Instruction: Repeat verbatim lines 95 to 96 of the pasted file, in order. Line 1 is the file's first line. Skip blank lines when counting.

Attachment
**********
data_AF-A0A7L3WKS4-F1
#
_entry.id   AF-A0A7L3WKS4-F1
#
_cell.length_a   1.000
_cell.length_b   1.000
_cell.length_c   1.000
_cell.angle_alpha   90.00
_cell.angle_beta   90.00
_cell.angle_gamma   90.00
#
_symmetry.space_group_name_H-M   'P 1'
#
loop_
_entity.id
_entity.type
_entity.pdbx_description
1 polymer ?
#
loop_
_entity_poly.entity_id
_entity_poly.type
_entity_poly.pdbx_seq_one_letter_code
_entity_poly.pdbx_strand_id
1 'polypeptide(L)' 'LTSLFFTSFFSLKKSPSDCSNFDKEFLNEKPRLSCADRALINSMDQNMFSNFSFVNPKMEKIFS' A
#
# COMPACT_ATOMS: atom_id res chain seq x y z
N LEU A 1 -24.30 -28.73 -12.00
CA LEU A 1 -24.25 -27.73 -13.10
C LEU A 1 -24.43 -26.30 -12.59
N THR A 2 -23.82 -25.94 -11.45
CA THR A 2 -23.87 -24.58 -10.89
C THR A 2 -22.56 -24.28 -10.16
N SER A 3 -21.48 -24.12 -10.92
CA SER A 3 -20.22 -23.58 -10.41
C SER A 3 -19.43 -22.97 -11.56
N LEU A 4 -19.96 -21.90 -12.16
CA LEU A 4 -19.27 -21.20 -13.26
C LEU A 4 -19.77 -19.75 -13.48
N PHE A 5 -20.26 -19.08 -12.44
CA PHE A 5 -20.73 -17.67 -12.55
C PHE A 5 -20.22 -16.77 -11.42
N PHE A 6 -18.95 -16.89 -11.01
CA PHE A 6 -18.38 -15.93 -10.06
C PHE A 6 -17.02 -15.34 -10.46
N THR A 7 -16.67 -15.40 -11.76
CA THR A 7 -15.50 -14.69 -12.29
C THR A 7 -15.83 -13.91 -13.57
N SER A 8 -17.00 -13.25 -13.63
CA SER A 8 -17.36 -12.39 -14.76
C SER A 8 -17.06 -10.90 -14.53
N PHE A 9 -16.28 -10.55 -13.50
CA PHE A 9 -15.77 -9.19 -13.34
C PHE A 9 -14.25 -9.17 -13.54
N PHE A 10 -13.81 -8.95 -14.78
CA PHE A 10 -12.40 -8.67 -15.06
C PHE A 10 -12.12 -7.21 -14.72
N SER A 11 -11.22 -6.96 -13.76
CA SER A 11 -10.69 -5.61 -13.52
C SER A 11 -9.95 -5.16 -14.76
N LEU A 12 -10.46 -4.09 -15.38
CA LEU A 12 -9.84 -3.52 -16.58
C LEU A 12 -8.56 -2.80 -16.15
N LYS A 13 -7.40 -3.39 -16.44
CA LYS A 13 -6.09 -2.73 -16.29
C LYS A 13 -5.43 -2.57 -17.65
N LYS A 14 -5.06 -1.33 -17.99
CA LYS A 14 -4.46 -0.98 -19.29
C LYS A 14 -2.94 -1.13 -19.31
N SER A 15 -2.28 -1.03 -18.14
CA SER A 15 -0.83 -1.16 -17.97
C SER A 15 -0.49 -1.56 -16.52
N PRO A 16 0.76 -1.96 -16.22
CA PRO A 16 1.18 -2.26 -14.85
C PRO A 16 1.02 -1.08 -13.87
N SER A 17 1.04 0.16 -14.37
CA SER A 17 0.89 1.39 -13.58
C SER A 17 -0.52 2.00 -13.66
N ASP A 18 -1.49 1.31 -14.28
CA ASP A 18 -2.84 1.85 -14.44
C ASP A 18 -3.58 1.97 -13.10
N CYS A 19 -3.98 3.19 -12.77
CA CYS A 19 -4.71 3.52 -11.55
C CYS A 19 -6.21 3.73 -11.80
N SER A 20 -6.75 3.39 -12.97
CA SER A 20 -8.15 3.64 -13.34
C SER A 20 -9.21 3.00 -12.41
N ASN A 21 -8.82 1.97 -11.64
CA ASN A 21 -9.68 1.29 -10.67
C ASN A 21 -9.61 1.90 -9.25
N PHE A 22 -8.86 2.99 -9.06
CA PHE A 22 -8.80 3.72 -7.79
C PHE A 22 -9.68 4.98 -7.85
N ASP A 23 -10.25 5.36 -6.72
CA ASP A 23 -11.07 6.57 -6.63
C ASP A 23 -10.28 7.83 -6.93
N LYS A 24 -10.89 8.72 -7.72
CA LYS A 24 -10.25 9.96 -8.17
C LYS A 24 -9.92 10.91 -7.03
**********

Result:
CA ASP A 23 -11.07 6.57 -6.63
C ASP A 23 -10.28 7.83 -6.93